We don't do very long poses so it is not practical to expect to finish a very polished painting but it is a great way to draw. 



Week 7

Our model today was Fiona Garrett. In my demo I talked about some of the basic facial proportions that are helpful to be aware of as you draw. It is important to remember that they are generalizations and will not replace the need to draw things as you see them. 

Two of the most common mistakes in drawing portraits are: 1. Making the distance between the eyes and top of the head too short and 2. Making the distance between the eye and ear too short when looking at the face in profile. See the diagram below for the basic proportions that I talked about. 

I also mentioned that when I draw a face always begin with a circle. The top of the head is a sphere so no matter what angle you see it at it will be a circle in a 2D drawing. After drawing the circle I find the center line of the face - a line that would pass between the eyes, middle of the lips and middle of the chin. Then I extend the circle with a jaw line to match the height and width proportions I see. Having these guidelines will make it easier to place the eyes, nose, mouth and ears. Eyes are especially tricky to foreshorten.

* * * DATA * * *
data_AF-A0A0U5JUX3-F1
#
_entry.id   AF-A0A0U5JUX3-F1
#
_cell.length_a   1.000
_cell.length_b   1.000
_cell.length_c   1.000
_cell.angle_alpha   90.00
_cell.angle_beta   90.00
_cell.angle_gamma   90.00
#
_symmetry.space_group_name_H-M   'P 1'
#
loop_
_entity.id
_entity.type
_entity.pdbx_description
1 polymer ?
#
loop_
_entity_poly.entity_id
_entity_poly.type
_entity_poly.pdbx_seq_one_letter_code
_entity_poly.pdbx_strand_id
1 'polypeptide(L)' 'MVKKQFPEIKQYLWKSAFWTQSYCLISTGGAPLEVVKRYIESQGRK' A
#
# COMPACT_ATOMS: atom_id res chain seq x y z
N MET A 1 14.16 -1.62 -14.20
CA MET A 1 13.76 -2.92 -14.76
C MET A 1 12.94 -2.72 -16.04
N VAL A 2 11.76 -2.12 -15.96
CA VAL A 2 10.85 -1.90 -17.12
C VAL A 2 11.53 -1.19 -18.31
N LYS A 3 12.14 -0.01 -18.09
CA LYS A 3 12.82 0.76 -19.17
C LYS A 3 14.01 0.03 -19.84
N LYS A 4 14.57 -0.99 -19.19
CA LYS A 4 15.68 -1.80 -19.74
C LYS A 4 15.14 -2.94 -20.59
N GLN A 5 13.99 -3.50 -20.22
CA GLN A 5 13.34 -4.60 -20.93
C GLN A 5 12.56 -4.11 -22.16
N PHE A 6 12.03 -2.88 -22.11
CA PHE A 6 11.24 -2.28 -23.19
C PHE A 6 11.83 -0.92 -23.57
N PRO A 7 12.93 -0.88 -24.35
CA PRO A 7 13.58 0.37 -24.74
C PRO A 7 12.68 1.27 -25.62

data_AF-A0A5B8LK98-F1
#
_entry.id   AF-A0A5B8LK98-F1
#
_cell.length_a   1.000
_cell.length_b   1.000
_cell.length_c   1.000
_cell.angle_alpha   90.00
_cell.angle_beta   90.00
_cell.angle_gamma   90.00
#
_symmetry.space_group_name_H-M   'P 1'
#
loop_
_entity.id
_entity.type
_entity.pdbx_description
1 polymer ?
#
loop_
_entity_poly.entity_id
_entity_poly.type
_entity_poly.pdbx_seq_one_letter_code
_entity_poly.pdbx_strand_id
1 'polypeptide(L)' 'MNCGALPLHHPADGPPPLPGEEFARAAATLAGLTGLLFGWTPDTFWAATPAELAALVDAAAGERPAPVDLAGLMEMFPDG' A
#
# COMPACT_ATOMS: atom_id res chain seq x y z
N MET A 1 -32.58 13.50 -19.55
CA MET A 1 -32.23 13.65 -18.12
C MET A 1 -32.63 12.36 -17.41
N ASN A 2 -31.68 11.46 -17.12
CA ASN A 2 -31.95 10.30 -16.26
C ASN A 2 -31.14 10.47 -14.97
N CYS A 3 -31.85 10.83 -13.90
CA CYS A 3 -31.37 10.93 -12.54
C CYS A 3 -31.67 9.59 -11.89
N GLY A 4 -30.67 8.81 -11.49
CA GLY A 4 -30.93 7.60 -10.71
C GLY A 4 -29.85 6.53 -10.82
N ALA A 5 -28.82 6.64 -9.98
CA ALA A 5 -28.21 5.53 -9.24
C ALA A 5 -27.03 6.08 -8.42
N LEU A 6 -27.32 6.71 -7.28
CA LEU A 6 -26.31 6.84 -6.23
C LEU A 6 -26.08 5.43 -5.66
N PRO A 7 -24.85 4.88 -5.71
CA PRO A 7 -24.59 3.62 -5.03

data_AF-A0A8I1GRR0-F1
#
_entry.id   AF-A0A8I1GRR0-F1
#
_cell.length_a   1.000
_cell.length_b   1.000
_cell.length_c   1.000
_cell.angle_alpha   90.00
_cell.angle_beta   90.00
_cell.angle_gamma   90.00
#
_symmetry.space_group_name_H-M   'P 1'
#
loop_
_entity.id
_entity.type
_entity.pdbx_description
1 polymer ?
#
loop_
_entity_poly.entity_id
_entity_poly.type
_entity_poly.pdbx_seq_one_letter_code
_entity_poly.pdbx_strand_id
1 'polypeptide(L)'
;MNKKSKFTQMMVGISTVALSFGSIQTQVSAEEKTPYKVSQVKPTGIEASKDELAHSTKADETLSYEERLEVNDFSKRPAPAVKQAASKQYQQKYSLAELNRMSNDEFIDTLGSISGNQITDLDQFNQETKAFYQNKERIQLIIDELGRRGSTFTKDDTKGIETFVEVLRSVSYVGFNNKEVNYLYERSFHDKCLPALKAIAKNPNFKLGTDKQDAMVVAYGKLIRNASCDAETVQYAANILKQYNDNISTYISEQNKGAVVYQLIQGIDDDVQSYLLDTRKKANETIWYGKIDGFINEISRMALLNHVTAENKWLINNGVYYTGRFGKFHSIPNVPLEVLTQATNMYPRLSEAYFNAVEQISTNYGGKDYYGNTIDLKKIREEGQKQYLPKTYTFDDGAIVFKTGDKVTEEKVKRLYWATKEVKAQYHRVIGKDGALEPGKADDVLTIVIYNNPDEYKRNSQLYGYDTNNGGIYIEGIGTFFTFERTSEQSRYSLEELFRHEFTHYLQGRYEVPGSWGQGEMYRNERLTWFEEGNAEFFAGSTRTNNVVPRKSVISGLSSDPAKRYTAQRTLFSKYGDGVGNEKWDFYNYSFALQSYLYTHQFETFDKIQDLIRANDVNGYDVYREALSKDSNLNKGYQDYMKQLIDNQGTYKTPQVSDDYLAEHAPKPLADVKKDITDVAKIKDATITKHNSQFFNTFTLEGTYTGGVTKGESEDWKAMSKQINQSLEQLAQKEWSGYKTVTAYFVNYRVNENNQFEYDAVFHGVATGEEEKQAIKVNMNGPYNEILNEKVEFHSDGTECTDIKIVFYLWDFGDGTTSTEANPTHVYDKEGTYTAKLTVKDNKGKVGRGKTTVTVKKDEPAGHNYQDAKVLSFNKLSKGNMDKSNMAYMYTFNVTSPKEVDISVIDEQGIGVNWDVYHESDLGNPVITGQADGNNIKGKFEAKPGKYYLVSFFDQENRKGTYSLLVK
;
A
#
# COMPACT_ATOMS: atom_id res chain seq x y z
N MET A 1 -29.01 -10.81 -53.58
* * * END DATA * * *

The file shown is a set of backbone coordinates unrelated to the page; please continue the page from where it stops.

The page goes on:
Week 6

Our model today was Diana Carey. As a short demo today I made a drawing and just blocked in the large highlight and shadow. I worked on the drawing a little more after the demo but what is important here is, once again, over-all highlights and shadows need to happen before "local" highlights and shadows. After the demo I went in to the over-all shadow and added some more "local" or specific highlights and shadows but I was careful to not allow these highlights in the shadow area to get as light as the highlights in the over-all highlight area. Doing so would contradict the light logic I set up when I blocked things in.